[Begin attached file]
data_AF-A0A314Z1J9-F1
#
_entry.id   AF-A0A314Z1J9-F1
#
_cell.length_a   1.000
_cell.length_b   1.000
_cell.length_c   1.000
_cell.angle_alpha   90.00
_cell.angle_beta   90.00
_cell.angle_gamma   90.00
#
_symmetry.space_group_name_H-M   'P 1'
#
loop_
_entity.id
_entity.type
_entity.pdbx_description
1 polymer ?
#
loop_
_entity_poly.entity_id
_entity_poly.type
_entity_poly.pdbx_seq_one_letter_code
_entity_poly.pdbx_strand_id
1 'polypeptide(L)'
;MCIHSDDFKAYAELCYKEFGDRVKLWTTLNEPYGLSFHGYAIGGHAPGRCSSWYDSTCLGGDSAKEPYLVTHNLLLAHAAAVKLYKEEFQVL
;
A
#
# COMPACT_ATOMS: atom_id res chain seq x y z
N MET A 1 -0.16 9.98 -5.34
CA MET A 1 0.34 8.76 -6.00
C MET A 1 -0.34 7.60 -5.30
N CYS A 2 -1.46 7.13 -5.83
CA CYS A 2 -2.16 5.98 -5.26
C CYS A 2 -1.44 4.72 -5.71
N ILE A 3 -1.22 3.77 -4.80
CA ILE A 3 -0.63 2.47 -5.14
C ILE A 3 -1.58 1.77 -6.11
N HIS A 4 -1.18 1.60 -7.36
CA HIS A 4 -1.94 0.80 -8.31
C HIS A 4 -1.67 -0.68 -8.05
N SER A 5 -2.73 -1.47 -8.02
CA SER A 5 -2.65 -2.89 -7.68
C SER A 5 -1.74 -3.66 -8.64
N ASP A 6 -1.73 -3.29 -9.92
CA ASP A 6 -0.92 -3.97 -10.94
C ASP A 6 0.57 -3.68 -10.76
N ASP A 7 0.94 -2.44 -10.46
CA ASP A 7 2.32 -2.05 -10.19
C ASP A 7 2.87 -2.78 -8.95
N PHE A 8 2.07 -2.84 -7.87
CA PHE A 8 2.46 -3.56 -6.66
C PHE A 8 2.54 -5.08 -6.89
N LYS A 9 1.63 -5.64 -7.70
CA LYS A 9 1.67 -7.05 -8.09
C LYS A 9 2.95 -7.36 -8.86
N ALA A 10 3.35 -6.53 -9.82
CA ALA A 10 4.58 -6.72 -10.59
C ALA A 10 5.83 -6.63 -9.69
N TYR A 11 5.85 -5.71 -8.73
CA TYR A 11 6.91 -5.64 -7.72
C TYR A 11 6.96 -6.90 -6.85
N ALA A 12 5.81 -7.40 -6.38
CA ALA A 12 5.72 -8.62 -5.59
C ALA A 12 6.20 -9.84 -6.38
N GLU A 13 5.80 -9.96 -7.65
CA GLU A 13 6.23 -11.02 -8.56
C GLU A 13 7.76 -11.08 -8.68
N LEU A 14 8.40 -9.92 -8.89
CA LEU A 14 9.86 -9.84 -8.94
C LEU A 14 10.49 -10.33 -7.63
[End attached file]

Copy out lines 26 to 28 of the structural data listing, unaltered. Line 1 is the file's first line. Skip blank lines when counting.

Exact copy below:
;MCIHSDDFKAYAELCYKEFGDRVKLWTTLNEPYGLSFHGYAIGGHAPGRCSSWYDSTCLGGDSAKEPYLVTHNLLLAHAAAVKLYKEEFQVL
;
A